“Go home and tell your parents the positive affirmations and proven work of the CCJ”, was the charge issued to hundreds of the nation’s secondary school students who participated in a National Youth Forum on Friday geared at educating them about the history, functions and operations of the Caribbean Court of Justice (CCJ).
The order was issued by Samantha Marshall, Minister of Social Transformation and Human Resource Development who was the feature speaker at the event which forms part of a three -month long public education campaign process in preparation for the referendum to decide whether to replace the Privy Council with the CCJ.
“We have in the CCJ, a court that is free from political interference; we have in the CCJ, a court made up of brilliant legal minds whose mettle has been tested in international courts. We have in the CCJ, judgements that have been admired and cited internationally; we have in the CCJ, a court comprised of our own, our own people, our culture, our region. People of our own experience,” Marshall said.
She said the case to move from the Privy Council to the CCJ has been made “compellingly” and “convincingly” and as such, she concluded that it would be a “slap in the face of our forefathers” who gave blood, sweat and tears to end colonialism.”
Marshall, who is also a lawyer, said the CCJ is well equipped to take up the mantle from the Privy Council should Antigua & Barbuda choose the Trinidad based Caribbean Court as its final court of appeal.
Attorney Gail Christian, who is also the Ambassador to Mexico, reminded the students who have attained voting age (18 years) they have a very important role to play in the referendum.
“The decision you make when exercising your right to choose the Privy Council or the CCJ as a final court of appeal, will impact the very pillars upon which our Constitution rests, and in particular the fundamental rights and privileges that are in the Constitution,” Christian said.
She urged them to participate in the voting process and to encourage their parents, guardians, other relatives and friends to do so.
“You have a personal stake in the development of your nation” she stressed, adding “let it never be said you are indifferent to pertinent issues such as the one that confronts us…do not surrender the power you hold.”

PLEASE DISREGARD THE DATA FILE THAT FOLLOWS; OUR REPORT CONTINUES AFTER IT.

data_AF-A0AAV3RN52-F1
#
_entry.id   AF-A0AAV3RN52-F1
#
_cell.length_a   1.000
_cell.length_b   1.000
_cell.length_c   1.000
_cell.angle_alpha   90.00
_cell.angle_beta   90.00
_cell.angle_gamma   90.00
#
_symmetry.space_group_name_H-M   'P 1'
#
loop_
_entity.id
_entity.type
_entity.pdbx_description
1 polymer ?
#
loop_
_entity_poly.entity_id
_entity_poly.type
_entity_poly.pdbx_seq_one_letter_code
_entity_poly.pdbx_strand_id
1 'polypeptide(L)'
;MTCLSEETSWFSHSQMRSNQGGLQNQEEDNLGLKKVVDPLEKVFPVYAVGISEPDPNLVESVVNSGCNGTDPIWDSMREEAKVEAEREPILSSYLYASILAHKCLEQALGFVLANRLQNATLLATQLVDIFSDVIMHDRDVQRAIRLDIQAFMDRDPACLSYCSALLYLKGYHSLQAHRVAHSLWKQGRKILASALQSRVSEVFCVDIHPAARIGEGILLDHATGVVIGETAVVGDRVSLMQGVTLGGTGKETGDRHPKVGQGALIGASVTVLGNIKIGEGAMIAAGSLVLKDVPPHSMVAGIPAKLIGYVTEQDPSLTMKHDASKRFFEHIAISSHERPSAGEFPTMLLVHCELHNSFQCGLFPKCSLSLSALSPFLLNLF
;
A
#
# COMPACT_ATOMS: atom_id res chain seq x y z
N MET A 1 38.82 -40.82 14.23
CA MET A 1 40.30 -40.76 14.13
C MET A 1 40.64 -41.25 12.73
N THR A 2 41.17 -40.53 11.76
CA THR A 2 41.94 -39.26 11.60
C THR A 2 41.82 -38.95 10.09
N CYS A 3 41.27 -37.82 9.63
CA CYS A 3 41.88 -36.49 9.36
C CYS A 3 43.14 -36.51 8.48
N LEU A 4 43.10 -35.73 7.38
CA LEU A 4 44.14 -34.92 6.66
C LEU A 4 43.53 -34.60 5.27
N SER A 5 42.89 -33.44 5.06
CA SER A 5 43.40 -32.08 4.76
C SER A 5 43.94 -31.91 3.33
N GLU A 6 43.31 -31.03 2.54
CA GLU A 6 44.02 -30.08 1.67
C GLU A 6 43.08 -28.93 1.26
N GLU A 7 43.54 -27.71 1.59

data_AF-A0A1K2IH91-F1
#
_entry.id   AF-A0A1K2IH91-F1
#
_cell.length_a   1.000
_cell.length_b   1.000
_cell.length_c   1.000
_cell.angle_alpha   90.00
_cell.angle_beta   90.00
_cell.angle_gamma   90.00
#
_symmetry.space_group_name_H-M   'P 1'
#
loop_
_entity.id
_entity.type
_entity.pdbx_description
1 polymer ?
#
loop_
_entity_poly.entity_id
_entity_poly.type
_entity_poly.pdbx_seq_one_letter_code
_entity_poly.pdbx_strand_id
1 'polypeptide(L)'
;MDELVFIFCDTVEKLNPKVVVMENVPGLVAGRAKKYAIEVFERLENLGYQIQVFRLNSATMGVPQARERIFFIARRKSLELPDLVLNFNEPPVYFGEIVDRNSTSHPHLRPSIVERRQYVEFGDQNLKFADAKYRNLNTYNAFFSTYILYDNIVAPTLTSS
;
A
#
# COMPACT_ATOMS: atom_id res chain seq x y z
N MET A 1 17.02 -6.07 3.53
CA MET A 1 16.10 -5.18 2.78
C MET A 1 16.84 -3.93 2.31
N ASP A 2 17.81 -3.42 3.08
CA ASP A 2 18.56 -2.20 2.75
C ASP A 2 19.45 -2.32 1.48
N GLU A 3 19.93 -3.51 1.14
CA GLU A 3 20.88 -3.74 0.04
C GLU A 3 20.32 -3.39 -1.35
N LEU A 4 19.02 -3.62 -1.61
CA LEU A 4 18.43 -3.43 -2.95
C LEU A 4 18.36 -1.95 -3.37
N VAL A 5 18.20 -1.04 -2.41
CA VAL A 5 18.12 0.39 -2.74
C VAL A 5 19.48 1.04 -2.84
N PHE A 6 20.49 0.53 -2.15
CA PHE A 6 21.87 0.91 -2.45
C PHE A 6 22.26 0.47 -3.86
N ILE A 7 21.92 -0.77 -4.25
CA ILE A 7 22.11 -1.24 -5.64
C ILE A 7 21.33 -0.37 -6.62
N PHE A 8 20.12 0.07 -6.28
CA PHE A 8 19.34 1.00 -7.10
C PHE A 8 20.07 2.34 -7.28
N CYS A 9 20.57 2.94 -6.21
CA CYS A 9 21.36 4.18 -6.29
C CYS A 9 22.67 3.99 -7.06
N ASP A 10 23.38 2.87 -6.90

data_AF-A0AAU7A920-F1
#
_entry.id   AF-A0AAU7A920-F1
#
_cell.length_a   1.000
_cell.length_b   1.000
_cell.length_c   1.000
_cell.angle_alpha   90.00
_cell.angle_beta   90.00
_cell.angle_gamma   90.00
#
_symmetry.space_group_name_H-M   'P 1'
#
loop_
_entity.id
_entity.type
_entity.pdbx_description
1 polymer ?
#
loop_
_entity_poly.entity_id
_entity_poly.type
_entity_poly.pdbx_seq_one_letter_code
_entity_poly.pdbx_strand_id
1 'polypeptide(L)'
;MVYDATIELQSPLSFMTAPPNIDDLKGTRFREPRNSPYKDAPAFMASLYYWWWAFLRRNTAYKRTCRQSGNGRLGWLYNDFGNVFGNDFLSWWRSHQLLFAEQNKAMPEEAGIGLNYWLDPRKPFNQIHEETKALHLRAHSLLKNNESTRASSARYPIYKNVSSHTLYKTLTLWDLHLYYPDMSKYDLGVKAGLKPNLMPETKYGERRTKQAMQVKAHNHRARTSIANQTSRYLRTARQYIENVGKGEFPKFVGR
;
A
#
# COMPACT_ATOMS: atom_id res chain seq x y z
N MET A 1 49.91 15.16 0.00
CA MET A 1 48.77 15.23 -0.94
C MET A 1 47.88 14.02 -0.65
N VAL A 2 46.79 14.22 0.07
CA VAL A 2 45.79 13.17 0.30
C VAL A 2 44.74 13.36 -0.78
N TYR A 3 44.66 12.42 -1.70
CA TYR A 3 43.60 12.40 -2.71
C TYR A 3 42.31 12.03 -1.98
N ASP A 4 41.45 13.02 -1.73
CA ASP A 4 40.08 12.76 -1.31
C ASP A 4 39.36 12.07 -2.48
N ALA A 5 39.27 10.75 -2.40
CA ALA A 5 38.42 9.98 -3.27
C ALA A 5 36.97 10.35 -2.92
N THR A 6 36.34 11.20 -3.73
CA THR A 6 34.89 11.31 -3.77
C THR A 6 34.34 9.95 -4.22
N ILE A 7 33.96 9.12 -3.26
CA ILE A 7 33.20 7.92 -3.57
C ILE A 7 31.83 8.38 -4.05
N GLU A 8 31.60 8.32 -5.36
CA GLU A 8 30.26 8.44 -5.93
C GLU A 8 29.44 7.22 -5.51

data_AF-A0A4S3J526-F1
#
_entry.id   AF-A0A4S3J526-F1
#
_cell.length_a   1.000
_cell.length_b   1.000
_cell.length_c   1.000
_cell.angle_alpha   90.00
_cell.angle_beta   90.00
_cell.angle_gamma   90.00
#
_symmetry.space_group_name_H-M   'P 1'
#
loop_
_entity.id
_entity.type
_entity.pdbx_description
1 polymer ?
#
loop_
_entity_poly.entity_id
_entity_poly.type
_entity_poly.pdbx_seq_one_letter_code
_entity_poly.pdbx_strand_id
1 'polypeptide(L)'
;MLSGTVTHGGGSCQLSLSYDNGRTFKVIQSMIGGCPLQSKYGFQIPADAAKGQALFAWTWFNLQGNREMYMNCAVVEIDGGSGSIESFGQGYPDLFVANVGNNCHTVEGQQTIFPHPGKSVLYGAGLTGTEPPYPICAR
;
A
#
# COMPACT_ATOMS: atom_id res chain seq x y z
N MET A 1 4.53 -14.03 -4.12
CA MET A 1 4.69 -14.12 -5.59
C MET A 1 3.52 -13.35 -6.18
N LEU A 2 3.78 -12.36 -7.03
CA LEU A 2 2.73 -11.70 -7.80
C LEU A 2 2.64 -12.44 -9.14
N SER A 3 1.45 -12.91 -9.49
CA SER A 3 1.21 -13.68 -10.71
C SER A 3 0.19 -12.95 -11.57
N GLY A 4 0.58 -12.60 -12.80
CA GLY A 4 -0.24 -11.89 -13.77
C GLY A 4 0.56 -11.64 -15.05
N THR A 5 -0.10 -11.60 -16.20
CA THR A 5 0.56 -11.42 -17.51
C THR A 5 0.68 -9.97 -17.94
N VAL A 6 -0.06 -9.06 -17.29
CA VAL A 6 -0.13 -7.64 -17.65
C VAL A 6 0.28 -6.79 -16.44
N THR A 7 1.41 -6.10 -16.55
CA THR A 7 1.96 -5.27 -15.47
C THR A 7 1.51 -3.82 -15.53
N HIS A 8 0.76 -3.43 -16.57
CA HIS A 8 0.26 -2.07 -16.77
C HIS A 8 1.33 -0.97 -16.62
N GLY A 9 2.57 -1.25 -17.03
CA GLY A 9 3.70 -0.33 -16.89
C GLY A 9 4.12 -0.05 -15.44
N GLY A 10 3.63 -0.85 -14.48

Justice Desiree Bernard, the first female judge to sit on the CCJ, addressed the concern about potential political interference to sway the regional court to give favourable judgments for governments headed by officials who may be very familiar with the justices by virtue of being Caribbean citizens.
“The court has been in existence now for just over 10 years and I can assure there has been absolutely no attempt to influence one way or the other. In fact, we have also judges from outside the region. We have judges of the highest authority and erudition,” she assured.
She also stressed that there has been no pressure from governments on the Commission which appoints the judges to serve.
Following the presentations, the students were quizzed on facts outlined in the presentations and were awarded for the correct answers.
There are two jurisdictions of the CCJ and while Antigua & Barbuda and all other Caribbean countries are members of the court’s original jurisdiction, only four nations – Guyana, Belize, Dominica and Barbados, have signed on to the appellate jurisdiction.
Antigua & Barbuda had been contemplating moving from the Privy Council to the CCJ for years, but only recently the government made the decision to hold the required referendum which needs a two-thirds majority to succeed.
Today, media workers will participate in a CCJ education workshop as the National Coordinating Committee continues to execute sensitisation events which will span a three-month period ahead
of the referendum tentatively set for June 2016. The education campaign is being conducted on a budget of just over two million dollars.